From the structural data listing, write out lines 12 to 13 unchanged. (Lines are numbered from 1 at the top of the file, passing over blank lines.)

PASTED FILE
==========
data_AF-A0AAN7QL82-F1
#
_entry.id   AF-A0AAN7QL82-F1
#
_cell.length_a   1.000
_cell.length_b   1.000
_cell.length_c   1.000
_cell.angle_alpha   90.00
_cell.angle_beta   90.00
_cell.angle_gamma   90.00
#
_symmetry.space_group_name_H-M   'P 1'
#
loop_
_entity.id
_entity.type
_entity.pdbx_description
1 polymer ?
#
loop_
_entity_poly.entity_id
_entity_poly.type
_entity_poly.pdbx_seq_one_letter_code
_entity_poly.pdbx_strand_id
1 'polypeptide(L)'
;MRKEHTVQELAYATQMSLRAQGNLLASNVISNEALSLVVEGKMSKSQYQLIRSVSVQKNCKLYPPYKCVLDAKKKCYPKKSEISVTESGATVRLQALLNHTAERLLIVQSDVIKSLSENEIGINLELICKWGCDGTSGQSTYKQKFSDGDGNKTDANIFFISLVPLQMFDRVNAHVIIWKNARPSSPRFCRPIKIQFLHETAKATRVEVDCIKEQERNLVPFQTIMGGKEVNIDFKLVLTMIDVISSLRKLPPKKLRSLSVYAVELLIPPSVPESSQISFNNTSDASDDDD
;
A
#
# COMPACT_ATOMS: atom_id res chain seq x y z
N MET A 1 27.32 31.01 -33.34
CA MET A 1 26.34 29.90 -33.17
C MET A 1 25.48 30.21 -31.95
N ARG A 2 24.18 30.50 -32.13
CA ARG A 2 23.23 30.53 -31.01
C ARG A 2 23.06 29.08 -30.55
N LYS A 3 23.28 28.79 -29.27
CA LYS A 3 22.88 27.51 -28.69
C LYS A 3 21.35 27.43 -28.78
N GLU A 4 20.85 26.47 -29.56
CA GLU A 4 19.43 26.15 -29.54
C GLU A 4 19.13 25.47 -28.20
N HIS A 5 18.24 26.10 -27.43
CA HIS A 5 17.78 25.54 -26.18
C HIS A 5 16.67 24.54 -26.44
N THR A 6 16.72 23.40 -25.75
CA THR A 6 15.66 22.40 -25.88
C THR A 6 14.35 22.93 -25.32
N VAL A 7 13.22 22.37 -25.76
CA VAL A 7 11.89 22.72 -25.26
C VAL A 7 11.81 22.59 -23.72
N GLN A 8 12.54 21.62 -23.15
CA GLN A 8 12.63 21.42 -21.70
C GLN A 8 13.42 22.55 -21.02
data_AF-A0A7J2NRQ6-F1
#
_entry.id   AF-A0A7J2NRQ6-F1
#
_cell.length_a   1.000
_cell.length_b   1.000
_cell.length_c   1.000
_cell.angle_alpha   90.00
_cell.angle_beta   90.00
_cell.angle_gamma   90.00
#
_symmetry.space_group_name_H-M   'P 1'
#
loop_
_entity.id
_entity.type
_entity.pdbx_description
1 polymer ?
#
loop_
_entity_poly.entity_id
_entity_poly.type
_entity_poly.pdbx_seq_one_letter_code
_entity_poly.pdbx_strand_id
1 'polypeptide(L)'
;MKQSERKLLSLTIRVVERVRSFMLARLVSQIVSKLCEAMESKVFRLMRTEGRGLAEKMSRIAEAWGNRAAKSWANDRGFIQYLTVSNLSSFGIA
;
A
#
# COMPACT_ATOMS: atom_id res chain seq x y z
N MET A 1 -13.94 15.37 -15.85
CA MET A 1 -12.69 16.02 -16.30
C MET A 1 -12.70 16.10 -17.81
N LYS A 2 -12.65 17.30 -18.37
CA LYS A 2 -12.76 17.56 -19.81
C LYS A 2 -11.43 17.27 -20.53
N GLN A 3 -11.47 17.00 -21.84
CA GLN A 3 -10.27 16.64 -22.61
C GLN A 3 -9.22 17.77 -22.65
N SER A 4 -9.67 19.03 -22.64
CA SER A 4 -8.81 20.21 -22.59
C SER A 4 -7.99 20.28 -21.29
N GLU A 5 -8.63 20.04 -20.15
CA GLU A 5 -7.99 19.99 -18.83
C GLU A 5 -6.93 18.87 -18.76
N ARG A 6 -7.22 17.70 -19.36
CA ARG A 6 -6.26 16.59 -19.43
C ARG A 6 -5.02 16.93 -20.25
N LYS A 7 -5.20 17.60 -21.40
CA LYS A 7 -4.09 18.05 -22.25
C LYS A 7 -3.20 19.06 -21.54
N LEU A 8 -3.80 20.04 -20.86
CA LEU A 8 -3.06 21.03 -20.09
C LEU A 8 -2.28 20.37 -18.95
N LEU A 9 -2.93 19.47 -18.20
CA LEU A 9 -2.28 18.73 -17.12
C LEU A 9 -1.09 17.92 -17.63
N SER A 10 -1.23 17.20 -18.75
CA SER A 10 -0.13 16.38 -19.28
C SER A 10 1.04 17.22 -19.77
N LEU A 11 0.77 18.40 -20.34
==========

_symmetry.space_group_name_H-M   'P 1'
#